In 2011, Bills wide receiver Stevie Johnson dropped a game-winning touchdown pass and mourned afterward by asking God, in a tweet, why He had let him down. One week later, ESPN reporter Adam Schefter retweeted Johnson’s plea. Del Reid, like many of his online Bills fan brethren, took offense at Schefter for what they perceived as piling on and took up for Johnson. The teasing led Schefter to block Reid and others. Jokingly leaning into the online villainy, Reid coined a moniker: They were the #BillsMafia.

Reid watched, stunned, as the phrase spread. Players started using it in social media postings. Stevie Johnson himself suggested Reid, who grew up in Tonawanda, create a Twitter account of the appellation. Before long, the Bills’ official account began using #BillsMafia when it mentioned the fan base.

“Part of the reason it’s done well is it wasn’t built in a lab,” Reid said. “We didn’t hire a marketing team to come up with some buzz catchphrase that will resonate with fans and will roll off the tongue real nicely.”

The Bills Mafia name has grown associated with the wilder elements of fandom. Reid, once a season-ticket holder, is not one of the rowdies, and he feels the perception is overblown.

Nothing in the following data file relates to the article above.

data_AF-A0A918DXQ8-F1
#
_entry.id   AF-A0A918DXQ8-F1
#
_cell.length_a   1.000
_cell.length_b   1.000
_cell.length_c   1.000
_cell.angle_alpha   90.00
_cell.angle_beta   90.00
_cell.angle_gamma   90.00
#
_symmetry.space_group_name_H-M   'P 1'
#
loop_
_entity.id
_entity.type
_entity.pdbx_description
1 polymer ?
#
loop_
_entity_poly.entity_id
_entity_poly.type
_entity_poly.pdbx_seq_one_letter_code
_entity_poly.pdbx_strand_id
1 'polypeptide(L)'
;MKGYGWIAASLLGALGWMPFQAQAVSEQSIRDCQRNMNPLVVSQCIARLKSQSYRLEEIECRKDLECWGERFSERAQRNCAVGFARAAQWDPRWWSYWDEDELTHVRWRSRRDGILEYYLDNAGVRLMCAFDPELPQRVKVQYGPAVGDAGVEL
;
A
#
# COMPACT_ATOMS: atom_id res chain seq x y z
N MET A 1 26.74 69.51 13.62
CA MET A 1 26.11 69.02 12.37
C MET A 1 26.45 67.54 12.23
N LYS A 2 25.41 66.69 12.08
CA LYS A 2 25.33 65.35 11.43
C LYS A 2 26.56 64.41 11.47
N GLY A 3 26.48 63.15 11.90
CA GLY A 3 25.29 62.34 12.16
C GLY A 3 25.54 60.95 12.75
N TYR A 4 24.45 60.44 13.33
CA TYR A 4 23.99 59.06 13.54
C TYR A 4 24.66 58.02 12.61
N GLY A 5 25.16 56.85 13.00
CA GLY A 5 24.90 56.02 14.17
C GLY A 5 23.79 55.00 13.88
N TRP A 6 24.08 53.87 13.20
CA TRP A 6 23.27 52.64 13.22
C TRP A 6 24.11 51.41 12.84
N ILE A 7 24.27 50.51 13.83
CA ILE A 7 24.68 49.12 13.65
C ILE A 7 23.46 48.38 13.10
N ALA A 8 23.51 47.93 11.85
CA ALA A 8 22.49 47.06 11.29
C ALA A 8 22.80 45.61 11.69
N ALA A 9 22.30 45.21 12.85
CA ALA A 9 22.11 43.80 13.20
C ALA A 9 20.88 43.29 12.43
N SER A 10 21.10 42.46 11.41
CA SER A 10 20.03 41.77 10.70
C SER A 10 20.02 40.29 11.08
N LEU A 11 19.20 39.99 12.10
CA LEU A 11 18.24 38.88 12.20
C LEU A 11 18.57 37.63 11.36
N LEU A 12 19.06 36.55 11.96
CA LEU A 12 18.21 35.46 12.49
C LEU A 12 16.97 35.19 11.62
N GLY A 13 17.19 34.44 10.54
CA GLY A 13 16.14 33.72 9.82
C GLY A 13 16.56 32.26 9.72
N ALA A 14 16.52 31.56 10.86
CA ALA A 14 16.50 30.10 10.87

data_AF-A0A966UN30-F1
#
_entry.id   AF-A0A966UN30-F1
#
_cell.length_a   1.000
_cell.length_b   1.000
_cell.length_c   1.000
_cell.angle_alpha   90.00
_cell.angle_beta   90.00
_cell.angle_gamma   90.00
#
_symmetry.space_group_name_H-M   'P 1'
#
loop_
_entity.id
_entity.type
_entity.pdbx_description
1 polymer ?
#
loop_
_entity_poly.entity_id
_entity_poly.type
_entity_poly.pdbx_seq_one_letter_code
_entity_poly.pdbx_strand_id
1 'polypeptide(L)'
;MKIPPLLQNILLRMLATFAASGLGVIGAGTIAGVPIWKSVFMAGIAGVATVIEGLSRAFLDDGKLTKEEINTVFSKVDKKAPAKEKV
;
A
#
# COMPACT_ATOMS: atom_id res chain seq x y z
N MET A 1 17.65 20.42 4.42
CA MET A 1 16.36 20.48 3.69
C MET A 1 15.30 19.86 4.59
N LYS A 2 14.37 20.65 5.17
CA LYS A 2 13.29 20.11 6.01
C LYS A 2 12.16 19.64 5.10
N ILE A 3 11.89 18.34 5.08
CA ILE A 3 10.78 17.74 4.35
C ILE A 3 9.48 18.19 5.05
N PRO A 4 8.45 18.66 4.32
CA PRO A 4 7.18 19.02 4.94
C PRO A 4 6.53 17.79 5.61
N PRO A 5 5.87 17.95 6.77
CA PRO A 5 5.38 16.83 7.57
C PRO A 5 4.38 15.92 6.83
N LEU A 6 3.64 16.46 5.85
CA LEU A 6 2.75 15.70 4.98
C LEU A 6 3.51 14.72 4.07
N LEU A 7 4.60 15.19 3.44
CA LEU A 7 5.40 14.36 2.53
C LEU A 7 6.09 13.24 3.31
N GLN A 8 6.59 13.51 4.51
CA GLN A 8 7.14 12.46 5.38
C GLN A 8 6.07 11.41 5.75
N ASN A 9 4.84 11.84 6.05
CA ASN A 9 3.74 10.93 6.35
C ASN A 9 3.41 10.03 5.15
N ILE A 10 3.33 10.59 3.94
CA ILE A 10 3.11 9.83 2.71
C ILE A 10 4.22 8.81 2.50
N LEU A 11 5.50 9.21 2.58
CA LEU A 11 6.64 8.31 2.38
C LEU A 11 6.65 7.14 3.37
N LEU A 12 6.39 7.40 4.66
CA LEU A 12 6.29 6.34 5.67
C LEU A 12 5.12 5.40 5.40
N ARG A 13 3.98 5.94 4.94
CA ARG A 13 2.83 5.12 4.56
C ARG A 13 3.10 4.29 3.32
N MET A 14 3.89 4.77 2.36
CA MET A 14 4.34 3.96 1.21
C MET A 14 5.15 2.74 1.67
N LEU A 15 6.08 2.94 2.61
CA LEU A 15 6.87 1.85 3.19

“It’s not so prevalent you have to fear for your life,” Reid said. “Most people are sitting back grilling and having some beers and talking about how much they hate the Patriots.”

As the Bills wandered through the competitiveness wilderness for the first two decades of this century, the tenor of Bills fandom hardly abated. Other than the NHL’s Sabres, the Bills are Buffalo’s only major sports franchise. The weather breeds community, a city hunkered down together, and it flows to the football team.

“Yeah, it sucks when they go 3-13,” Reid said. “But you don’t drop a family member when you’re going through a tough time. You love them through it.”

Reid only attended about half the home games after his two daughters got older, the pull of family keeping him home. He struggled to rope them into Bills fandom. The pandemic has allowed him, like so many others, to connect profoundly with family. They watched every single snap together this season. Reid dropped his two season tickets a few years ago, feeling it unfair to leave his wife and daughters behind if they didn’t want to go.

“Next year,” Reid said, “we’re going to have four tickets.”